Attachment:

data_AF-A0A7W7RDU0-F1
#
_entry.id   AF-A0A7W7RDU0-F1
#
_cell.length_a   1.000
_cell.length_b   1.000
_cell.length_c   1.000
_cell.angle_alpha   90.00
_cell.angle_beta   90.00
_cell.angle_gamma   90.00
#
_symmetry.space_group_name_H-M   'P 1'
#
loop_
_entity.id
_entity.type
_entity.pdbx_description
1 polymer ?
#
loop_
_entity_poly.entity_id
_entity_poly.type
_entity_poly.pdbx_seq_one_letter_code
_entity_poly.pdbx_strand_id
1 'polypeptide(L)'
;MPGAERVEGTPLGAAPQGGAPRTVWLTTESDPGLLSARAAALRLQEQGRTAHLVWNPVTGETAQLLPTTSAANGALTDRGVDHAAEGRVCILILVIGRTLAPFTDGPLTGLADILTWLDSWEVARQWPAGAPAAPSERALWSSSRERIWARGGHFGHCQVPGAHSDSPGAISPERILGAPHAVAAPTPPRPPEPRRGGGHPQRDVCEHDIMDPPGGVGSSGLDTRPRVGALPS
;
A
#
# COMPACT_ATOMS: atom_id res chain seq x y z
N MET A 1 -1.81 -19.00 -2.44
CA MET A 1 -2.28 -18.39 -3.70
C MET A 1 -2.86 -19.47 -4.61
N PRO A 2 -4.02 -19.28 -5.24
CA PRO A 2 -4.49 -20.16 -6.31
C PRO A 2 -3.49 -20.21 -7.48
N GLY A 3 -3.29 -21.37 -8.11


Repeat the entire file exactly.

data_AF-A0A7W7RDU0-F1
#
_entry.id   AF-A0A7W7RDU0-F1
#
_cell.length_a   1.000
_cell.length_b   1.000
_cell.length_c   1.000
_cell.angle_alpha   90.00
_cell.angle_beta   90.00
_cell.angle_gamma   90.00
#
_symmetry.space_group_name_H-M   'P 1'
#
loop_
_entity.id
_entity.type
_entity.pdbx_description
1 polymer ?
#
loop_
_entity_poly.entity_id
_entity_poly.type
_entity_poly.pdbx_seq_one_letter_code
_entity_poly.pdbx_strand_id
1 'polypeptide(L)'
;MPGAERVEGTPLGAAPQGGAPRTVWLTTESDPGLLSARAAALRLQEQGRTAHLVWNPVTGETAQLLPTTSAANGALTDRGVDHAAEGRVCILILVIGRTLAPFTDGPLTGLADILTWLDSWEVARQWPAGAPAAPSERALWSSSRERIWARGGHFGHCQVPGAHSDSPGAISPERILGAPHAVAAPTPPRPPEPRRGGGHPQRDVCEHDIMDPPGGVGSSGLDTRPRVGALPS
;
A
#
# COMPACT_ATOMS: atom_id res chain seq x y z
N MET A 1 -1.81 -19.00 -2.44
CA MET A 1 -2.28 -18.39 -3.70
C MET A 1 -2.86 -19.47 -4.61
N PRO A 2 -4.02 -19.28 -5.24
CA PRO A 2 -4.49 -20.16 -6.31
C PRO A 2 -3.49 -20.21 -7.48
N GLY A 3 -3.29 -21.37 -8.11